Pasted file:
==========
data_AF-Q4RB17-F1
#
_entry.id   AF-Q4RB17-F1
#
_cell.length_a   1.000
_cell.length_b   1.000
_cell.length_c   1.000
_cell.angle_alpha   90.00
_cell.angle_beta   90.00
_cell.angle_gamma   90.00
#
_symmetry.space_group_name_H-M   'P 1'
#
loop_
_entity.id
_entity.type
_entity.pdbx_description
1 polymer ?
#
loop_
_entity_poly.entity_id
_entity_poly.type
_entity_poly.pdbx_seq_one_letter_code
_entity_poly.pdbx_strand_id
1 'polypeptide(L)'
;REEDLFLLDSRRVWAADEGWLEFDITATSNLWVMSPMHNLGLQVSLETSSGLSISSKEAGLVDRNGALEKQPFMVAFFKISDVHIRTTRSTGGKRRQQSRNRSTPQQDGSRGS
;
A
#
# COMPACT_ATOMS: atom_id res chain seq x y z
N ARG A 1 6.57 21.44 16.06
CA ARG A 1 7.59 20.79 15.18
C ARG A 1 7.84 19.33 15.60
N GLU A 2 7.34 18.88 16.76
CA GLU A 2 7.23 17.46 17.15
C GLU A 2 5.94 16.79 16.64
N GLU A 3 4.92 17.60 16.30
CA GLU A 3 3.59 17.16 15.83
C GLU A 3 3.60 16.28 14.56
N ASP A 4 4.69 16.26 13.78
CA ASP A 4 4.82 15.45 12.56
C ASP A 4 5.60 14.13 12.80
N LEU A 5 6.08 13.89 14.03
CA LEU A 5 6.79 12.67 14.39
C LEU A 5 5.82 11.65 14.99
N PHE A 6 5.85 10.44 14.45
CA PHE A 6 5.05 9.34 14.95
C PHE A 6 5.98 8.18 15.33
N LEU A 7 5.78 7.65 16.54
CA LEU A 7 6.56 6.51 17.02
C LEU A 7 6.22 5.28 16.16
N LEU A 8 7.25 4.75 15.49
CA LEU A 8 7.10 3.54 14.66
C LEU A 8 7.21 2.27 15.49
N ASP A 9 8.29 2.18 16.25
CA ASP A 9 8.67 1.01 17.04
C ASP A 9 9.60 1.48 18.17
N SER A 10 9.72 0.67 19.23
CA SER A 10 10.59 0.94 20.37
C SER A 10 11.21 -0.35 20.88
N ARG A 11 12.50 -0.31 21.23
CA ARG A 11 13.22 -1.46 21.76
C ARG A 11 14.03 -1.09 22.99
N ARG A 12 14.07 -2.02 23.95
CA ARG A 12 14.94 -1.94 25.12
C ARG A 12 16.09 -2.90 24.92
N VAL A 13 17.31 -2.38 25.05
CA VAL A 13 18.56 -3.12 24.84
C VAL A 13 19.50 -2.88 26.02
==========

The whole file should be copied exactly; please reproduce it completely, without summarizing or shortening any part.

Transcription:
data_AF-Q4RB17-F1
#
_entry.id   AF-Q4RB17-F1
#
_cell.length_a   1.000
_cell.length_b   1.000
_cell.length_c   1.000
_cell.angle_alpha   90.00
_cell.angle_beta   90.00
_cell.angle_gamma   90.00
#
_symmetry.space_group_name_H-M   'P 1'
#
loop_
_entity.id
_entity.type
_entity.pdbx_description
1 polymer ?
#
loop_
_entity_poly.entity_id
_entity_poly.type
_entity_poly.pdbx_seq_one_letter_code
_entity_poly.pdbx_strand_id
1 'polypeptide(L)'
;REEDLFLLDSRRVWAADEGWLEFDITATSNLWVMSPMHNLGLQVSLETSSGLSISSKEAGLVDRNGALEKQPFMVAFFKISDVHIRTTRSTGGKRRQQSRNRSTPQQDGSRGS
;
A
#
# COMPACT_ATOMS: atom_id res chain seq x y z
N ARG A 1 6.57 21.44 16.06
CA ARG A 1 7.59 20.79 15.18
C ARG A 1 7.84 19.33 15.60
N GLU A 2 7.34 18.88 16.76
CA GLU A 2 7.23 17.46 17.15
C GLU A 2 5.94 16.79 16.64
N GLU A 3 4.92 17.60 16.30
CA GLU A 3 3.59 17.16 15.83
C GLU A 3 3.60 16.28 14.56
N ASP A 4 4.69 16.26 13.78
CA ASP A 4 4.82 15.45 12.56
C ASP A 4 5.60 14.13 12.80
N LEU A 5 6.08 13.89 14.03
CA LEU A 5 6.79 12.67 14.39
C LEU A 5 5.82 11.65 14.99
N PHE A 6 5.85 10.44 14.45
CA PHE A 6 5.05 9.34 14.95
C PHE A 6 5.98 8.18 15.33
N LEU A 7 5.78 7.65 16.54
CA LEU A 7 6.56 6.51 17.02
C LEU A 7 6.22 5.28 16.16
N LEU A 8 7.25 4.75 15.49
CA LEU A 8 7.10 3.54 14.66
C LEU A 8 7.21 2.27 15.49
N ASP A 9 8.29 2.18 16.25
CA ASP A 9 8.67 1.01 17.04
C ASP A 9 9.60 1.48 18.17
N SER A 10 9.72 0.67 19.23
CA SER A 10 10.59 0.94 20.37
C SER A 10 11.21 -0.35 20.88
N ARG A 11 12.50 -0.31 21.23
CA ARG A 11 13.22 -1.46 21.76
C ARG A 11 14.03 -1.09 22.99
N ARG A 12 14.07 -2.02 23.95
CA ARG A 12 14.94 -1.94 25.12
C ARG A 12 16.09 -2.90 24.92
N VAL A 13 17.31 -2.38 25.05
CA VAL A 13 18.56 -3.12 24.84
C VAL A 13 19.50 -2.88 26.02